15 at 2pm in Drachman Hall A276. Doctoral Oral Defense—Linguistics Kevin T. Schluter “Hearing Words Before Morphemes: Subliminal Speech Priming and the Organization of the Moroccan Arabic Lexicon”. Mon. Apr. 15 at 2pm in Marshall Building 490. Doctoral Oral Defense—Economics Benjamin Francis Zamzow “Guilt and Reciprocity in Labor Markets and the Diffusion of Agricultural Innovations”. Mon. Apr. 15 at 2pm in McClelland Hall 405Q. Doctoral Oral Defense—Biomedical Engineering Christian F. Gainer “Synthesis, Characterization and Biomedical Application of Upconverting Lanthanoid Nanoparticles”. Mon. Apr. 15 at 2pm in the Medical Research Building 102. Doctoral Oral Defense—Rhetoric, Composition, and the Teaching of English Londie T. Martin “The Spatiality of Queer Youth Activism: Sexuality and the Performance of Relational Literacies Through
Multimodal Play”. Mon. Apr. 15 at 3:30pm in Modern Languages 378. Weekly Writing Workshop— ‘Getting It Together and Keeping It Together: The Craft of Cohesion’ Victoria Stefani of the Writing Skills Improvement Program will discuss “Getting It Together and Keeping It Together: The Craft of Cohesion.” This lecture is part of a semesterlong series of free workshops held every Monday. Apr. 15 from 4-5pm in Social Sciences 206. Ninth Annual Chamber Music Showcase Concert The University of Arizona School of Music’s annual Chamber Music Showcase will feature distinguished students performing in small ensemble settings. The students will be joined by faculty artists for larger chamber ensemble works. A pre-concert reception begins at 6:30 p.m. and will offer music, refreshments and the opportunity to meet Arizona Public Media’s Classical 90.5 FM broadcasting hosts James Reel
and Ted Prichard, whose voices are familiar to Tucson’s classical music audiences. The reception, hosted by the School of Music Advisory Board, will offer delightful live music featuring HarpFusion. Mon. Apr. 15 at 7:30pm in the School of Music, Crowder Hall.
Madaras Spring Art Show March 17- April 15. 3001 E. Skyline Dr. (at Campbell) Show on display through Apr 15. Admission free. 520-615-3001 MEET ME AT MAYNARDS 400 N. Toole Ave. Check in: 5:45 p.m. Start at 6 p.m. Admission: Free to walk/run. Food/beverage specials at downtown restaurants/bars. 520-991-0733 OR 520-545-0577 Every Monday
To sponsor this calendar, or list an event, email email@example.com or call 621.3425 Deadline 3pm 2 business days prior to publication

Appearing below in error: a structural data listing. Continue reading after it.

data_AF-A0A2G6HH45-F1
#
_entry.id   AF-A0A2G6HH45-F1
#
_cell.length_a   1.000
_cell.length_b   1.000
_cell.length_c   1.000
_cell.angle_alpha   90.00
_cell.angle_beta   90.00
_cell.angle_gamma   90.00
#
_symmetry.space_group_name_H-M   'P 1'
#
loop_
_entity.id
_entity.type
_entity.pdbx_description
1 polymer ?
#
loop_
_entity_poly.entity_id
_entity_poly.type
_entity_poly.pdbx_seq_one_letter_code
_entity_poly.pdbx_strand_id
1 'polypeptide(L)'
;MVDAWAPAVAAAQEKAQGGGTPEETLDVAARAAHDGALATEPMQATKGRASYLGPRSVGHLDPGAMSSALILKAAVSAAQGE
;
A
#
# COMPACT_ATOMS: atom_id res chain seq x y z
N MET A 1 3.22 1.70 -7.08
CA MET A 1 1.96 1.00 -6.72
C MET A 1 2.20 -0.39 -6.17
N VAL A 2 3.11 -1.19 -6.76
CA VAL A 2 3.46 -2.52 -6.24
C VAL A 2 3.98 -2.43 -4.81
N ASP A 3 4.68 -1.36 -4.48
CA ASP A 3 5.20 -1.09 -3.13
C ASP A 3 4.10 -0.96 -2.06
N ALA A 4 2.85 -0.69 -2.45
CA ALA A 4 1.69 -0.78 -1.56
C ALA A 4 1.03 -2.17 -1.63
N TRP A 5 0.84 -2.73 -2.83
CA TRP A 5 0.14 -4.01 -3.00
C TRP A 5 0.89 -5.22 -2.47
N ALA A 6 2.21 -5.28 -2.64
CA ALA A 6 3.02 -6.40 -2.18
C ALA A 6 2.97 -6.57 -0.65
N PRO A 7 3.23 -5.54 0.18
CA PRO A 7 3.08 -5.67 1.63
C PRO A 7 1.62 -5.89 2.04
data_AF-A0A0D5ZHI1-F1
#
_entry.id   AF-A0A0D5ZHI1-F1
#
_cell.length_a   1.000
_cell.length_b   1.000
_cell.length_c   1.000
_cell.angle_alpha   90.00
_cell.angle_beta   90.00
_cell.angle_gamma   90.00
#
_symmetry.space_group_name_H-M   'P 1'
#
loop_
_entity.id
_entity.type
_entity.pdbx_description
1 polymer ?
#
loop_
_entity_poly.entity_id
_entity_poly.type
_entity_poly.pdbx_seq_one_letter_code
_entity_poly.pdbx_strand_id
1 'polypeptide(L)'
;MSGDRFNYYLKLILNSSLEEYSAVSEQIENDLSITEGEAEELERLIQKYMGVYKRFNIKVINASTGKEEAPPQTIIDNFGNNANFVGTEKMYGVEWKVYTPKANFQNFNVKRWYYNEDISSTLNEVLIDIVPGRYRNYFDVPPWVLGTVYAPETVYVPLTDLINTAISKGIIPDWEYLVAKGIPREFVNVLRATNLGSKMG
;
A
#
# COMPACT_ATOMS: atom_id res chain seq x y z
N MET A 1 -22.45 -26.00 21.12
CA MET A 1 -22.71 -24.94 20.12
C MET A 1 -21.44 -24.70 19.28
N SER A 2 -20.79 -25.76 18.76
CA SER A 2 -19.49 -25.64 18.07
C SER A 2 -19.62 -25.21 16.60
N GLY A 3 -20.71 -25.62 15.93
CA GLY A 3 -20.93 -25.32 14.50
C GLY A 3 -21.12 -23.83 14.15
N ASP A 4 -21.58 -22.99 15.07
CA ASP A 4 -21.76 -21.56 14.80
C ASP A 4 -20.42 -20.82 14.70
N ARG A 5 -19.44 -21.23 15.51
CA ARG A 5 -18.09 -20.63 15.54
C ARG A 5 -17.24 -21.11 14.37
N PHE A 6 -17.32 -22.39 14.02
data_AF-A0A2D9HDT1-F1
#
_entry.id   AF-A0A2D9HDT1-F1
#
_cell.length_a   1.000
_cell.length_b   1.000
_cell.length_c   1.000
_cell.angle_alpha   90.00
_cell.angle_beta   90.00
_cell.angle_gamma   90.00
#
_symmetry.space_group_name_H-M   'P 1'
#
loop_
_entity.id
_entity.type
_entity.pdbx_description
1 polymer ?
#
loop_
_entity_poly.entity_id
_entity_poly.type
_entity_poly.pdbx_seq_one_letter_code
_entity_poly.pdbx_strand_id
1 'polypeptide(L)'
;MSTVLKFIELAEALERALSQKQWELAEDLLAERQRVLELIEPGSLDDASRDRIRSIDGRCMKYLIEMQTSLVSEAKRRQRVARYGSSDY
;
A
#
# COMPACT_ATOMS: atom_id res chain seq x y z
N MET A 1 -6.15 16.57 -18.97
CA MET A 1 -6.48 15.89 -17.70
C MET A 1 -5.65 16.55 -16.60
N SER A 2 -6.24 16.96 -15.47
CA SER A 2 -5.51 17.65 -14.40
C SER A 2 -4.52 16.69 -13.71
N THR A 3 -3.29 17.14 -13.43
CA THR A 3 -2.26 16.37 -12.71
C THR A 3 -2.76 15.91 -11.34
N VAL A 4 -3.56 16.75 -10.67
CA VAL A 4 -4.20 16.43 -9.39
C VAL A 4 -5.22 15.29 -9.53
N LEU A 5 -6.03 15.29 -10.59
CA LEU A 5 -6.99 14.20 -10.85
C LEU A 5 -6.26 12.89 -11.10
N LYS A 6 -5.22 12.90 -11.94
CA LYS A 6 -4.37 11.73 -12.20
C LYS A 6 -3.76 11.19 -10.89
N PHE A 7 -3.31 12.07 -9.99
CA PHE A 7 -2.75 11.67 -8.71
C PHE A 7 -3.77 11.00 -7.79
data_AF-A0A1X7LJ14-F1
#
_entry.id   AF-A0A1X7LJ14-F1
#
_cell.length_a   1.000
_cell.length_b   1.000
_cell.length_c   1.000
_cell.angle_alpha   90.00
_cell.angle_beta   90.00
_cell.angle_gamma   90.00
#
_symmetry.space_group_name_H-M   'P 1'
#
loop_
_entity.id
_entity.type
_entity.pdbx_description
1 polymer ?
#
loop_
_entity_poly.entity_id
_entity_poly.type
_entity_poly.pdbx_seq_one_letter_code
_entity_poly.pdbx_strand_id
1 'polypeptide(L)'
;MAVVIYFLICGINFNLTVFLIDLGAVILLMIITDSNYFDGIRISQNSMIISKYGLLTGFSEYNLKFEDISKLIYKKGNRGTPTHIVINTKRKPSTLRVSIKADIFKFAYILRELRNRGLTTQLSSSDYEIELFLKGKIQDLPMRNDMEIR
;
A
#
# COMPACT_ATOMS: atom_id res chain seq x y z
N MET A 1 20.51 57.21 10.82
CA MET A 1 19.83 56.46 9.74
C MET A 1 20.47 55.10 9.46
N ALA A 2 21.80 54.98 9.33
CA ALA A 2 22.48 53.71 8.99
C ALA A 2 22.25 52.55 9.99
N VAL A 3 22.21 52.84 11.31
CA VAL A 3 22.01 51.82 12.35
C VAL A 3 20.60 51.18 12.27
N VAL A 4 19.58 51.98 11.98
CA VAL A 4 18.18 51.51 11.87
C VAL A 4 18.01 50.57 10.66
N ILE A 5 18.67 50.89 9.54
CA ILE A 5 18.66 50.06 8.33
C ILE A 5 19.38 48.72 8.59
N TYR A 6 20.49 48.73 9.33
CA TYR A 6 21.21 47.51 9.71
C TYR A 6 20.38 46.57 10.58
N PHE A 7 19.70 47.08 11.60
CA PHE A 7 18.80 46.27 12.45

Monday, April 15, 2013 • Page 7
Editor: Cameron Moon • firstname.lastname@example.org • (520) 621-2956
the replacements Depth, new playmakers a must with top receiving target injured
Kyle Johnson Arizona Daily Wildcat
pring games are usually designed to send a football team into the offseason on a positive note, but Arizona’s annual scrimmage was marred by the news of an injury to star receiver Austin Hill. Hill, who led the Wildcats in all major receiving categories, tore his ACL at practice Wednesday and his timetable is still unknown, according to head coach Rich Rodriguez. For an offense already undergoing change, with All-Pac-12 quarterback Matt Scott headed to the NFL, the loss of Hill is a major blow to the UA offense. “Unfortunately, it’s an ACL tear, which just makes me sick,” Rodriguez said. “He is such a great player … it wasn’t an ACL, MCL and all that. It was just an ACL, but with that said, he will have surgery as soon as possible and get going on rehab.” “I really felt bad for him, but our guys will bounce back. Austin is a tough, strong guy and he will bounce back.” Replacing a Biletnikoff Award semifinalist and a player who tied a school record with 11 touchdowns last season won’t be an easy task. Fortunately for Arizona, the wide receiver position is by far the deepest on the team, giving the Wildcats several ways to try and replicate Hill’s production.
Replacement by committee
Rodriguez said a host of guys will have to pick up the slack with Hill injured. Fortunately for Arizona, it has the ability to do so. If transfer Devonte’ Neal is allowed to play immediately for Arizona, he’ll give the Wildcats an additional boost to the already deep receiving corps. Still, junior Tyler Slavin said everybody will need to “step it up” to replace Hill. With how Slavin’s been playing recently, he could be
Arizona Daily Wildcat File Photo
ARIZONA RECEIVER AUSTIN HILL scores a touchdown against Nevada in last season’s Gildan New Mexico Bowl victory over the Wolfpack. Hill tore his ACL last week in practice and no timetable has been set for his return.
that player. In the final two minutes of Arizona’s dramatic comeback against Nevada in the Gildan New Mexico Bowl, Slavin caught four passes for 37 yards, including the game-winning touchdown. Before that point, the season was more than forgettable for the junior, who was known more for his drops rather than production on the field. But Slavin’s first career touchdown came at the most crucial time and he followed it up with a 97-yard touchdown in the spring game Saturday. “[Hill’s injury] is a sad thing, but at the same time we also can’t dwell on that,” Slavin said. “We have to come through.” Slavin showed there is still hope after Hill, with his long touchdown reception, but he wasn’t the only one who showed potential.
Redshirt freshman Clive Georges had 72 yards and a score on a gamehigh five catches and sophomore Johnny Jackson, who’s been one of quarterback B.J. Denker’s favorite targets this spring, had 34 yards and a score.
Recovery through experience
Even with Hill injured, Dan Buckner graduating and Richard Morrison switching to cornerback, Arizona still has six returning players who each had at least one game of 50 yards receiving. One of those returning is senior Terrence Miller, who was finally granted a fifth-year of eligibility with a medical redshirt, which will give the Wildcats a much-needed boost of veteran leadership. Miller missed nine games in 2012.